People who have seen a few of the photographs taken by the service that M. Bertillon directs have been able to appreciate the degree of perfection to which M. Lacour’s lenses make possible. I don’t want to focus on this subject and I limit myself to making it known that these lenses were created following the same principle as M. Lacour’s Eurygraphes, to which M. Wallon formerly called our attention. Each cell is composed of three cemented elements: biconvex, biconcave and converting meniscus, in which the indices of dispersion and refraction vary in the same direction from the first to the last element. [This follows the design of the Eurygraphe extra rapide of 1897.] The angle of field of 115° is obtained an aperture of F:25 but with the maximum aperture of F:14 this angle is still 90°. Because of the perfect correction of spherical aberration focusing can be done at full aperture, which is invaluable for indoor photography.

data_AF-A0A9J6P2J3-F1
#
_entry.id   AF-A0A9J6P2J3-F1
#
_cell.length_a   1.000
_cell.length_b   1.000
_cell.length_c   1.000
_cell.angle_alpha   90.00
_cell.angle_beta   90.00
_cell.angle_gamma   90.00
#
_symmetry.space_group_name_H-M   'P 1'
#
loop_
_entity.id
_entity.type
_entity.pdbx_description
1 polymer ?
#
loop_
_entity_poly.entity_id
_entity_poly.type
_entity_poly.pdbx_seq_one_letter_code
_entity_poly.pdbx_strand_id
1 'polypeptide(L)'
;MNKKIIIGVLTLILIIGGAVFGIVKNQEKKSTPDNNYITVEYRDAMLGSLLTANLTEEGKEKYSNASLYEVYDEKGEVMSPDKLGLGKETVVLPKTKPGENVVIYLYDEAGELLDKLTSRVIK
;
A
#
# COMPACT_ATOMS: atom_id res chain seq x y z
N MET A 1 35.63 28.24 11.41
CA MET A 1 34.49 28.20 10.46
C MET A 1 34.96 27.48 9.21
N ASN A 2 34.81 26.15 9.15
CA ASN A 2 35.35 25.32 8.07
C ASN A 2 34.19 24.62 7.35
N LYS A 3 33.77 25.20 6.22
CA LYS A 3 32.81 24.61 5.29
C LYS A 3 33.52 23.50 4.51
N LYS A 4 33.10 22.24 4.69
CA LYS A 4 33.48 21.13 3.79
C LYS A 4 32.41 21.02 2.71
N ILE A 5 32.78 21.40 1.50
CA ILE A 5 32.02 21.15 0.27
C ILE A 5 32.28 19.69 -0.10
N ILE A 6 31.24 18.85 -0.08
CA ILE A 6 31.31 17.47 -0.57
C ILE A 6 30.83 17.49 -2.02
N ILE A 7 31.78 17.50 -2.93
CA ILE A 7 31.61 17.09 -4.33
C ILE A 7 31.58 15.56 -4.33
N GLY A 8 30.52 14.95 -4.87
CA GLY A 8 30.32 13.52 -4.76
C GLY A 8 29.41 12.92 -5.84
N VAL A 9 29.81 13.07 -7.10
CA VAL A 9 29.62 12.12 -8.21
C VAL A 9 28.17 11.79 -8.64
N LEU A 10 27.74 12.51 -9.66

Because of its many qualities, a casket set of this type must find many uses besides the special purpose for which it was created. Notably, it seems to us the instrument par excellence for mountaineers who generally aren’t free to choose their points of view for panoramas of mountains. In addition, because each of the five lenses that make up the set is completely corrected for all aberrations, one sees that the set offers nine different focal lengths.
As Tomellini (1908) explains it, the three, no longer four, as described by Fribourg, combinations give best sharpness at 1.50m from the lens, and 2.50m from the lens, and from 5 meters to infinity. All combinations’ maximum aperture is f/14. He mentions one focal length, 10 cm.
Both Fabre (BSFP 1905, pp. 354-8, meeting of April 24-27, 1905) and Fribourg make the point that Périgraphes Anastigmatiques Symétriques are separable and that single cells can be used. Neither mentions the single cell’s maximum aperture.
This, the final ultrawide angle Périgraphe designation, first appeared in the 1912 catalog.. It last appeared in catalogs from the early 1950s. I think it is the Périgraphe Anastigmatique Symétrique renamed. Pont and Princelle hint strongly that the f/14 Périgraphe was redesigned around 1920. I’ve found no support for this. Until proven otherwise I’ll believe that these lenses continued unchanged from around 1899 to around 1951. Note, however, that the 1912 catalog says nothing about separability or combining unequal cells.